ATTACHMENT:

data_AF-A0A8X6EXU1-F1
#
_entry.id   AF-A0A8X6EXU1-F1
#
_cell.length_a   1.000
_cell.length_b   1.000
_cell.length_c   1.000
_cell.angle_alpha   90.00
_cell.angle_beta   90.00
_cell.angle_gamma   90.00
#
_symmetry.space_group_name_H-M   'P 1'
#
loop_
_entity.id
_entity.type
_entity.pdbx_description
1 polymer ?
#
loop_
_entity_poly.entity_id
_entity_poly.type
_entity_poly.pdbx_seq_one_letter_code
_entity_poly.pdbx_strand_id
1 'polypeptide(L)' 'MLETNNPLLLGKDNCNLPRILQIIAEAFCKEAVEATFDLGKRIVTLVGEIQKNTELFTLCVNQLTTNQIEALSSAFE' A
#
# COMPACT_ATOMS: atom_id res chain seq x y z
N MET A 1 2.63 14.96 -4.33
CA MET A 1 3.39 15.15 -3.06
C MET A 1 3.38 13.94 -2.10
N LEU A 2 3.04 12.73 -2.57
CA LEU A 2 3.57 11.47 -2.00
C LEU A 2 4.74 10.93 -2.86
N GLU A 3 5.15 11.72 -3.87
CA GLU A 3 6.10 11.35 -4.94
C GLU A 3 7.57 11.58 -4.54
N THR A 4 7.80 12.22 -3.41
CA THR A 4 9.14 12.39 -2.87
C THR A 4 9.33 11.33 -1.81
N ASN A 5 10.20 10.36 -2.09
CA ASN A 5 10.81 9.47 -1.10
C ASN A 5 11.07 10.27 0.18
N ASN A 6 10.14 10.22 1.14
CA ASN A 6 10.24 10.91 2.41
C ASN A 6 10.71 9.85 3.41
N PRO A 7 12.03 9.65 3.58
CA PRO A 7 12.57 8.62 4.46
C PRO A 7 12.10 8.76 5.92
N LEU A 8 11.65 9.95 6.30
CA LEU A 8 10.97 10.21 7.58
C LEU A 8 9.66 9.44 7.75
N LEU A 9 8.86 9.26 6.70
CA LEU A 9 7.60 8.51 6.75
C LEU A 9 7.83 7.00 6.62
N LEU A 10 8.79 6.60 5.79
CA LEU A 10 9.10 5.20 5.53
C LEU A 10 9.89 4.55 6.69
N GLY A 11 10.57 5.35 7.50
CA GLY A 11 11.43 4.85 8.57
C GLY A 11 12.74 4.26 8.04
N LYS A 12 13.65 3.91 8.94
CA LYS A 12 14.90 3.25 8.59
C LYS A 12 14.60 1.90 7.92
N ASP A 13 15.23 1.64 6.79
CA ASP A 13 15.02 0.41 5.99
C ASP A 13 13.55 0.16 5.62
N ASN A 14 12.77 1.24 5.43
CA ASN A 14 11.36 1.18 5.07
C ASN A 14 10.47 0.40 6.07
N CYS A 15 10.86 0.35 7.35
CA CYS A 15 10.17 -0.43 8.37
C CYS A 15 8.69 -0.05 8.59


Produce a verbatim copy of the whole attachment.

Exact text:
data_AF-A0A8X6EXU1-F1
#
_entry.id   AF-A0A8X6EXU1-F1
#
_cell.length_a   1.000
_cell.length_b   1.000
_cell.length_c   1.000
_cell.angle_alpha   90.00
_cell.angle_beta   90.00
_cell.angle_gamma   90.00
#
_symmetry.space_group_name_H-M   'P 1'
#
loop_
_entity.id
_entity.type
_entity.pdbx_description
1 polymer ?
#
loop_
_entity_poly.entity_id
_entity_poly.type
_entity_poly.pdbx_seq_one_letter_code
_entity_poly.pdbx_strand_id
1 'polypeptide(L)' 'MLETNNPLLLGKDNCNLPRILQIIAEAFCKEAVEATFDLGKRIVTLVGEIQKNTELFTLCVNQLTTNQIEALSSAFE' A
#
# COMPACT_ATOMS: atom_id res chain seq x y z
N MET A 1 2.63 14.96 -4.33
CA MET A 1 3.39 15.15 -3.06
C MET A 1 3.38 13.94 -2.10
N LEU A 2 3.04 12.73 -2.57
CA LEU A 2 3.57 11.47 -2.00
C LEU A 2 4.74 10.93 -2.86
N GLU A 3 5.15 11.72 -3.87
CA GLU A 3 6.10 11.35 -4.94
C GLU A 3 7.57 11.58 -4.54
N THR A 4 7.80 12.22 -3.41
CA THR A 4 9.14 12.39 -2.87
C THR A 4 9.33 11.33 -1.81
N ASN A 5 10.20 10.36 -2.09
CA ASN A 5 10.81 9.47 -1.10
C ASN A 5 11.07 10.27 0.18
N ASN A 6 10.14 10.22 1.14
CA ASN A 6 10.24 10.91 2.41
C ASN A 6 10.71 9.85 3.41
N PRO A 7 12.03 9.65 3.58
CA PRO A 7 12.57 8.62 4.46
C PRO A 7 12.10 8.76 5.92
N LEU A 8 11.65 9.95 6.30
CA LEU A 8 10.97 10.21 7.58
C LEU A 8 9.66 9.44 7.75
N LEU A 9 8.86 9.26 6.70
CA LEU A 9 7.60 8.51 6.75
C LEU A 9 7.83 7.00 6.62
N LEU A 10 8.79 6.60 5.79
CA LEU A 10 9.10 5.20 5.53
C LEU A 10 9.89 4.55 6.69
N GLY A 11 10.57 5.35 7.50
CA GLY A 11 11.43 4.85 8.57
C GLY A 11 12.74 4.26 8.04
N LYS A 12 13.65 3.91 8.94
CA LYS A 12 14.90 3.25 8.59
C LYS A 12 14.60 1.90 7.92
N ASP A 13 15.23 1.64 6.79
CA ASP A 13 15.02 0.41 5.99
C ASP A 13 13.55 0.16 5.62
N ASN A 14 12.77 1.24 5.43
CA ASN A 14 11.36 1.18 5.07
C ASN A 14 10.47 0.40 6.07
N CYS A 15 10.86 0.35 7.35
CA CYS A 15 10.17 -0.43 8.37
C CYS A 15 8.69 -0.05 8.59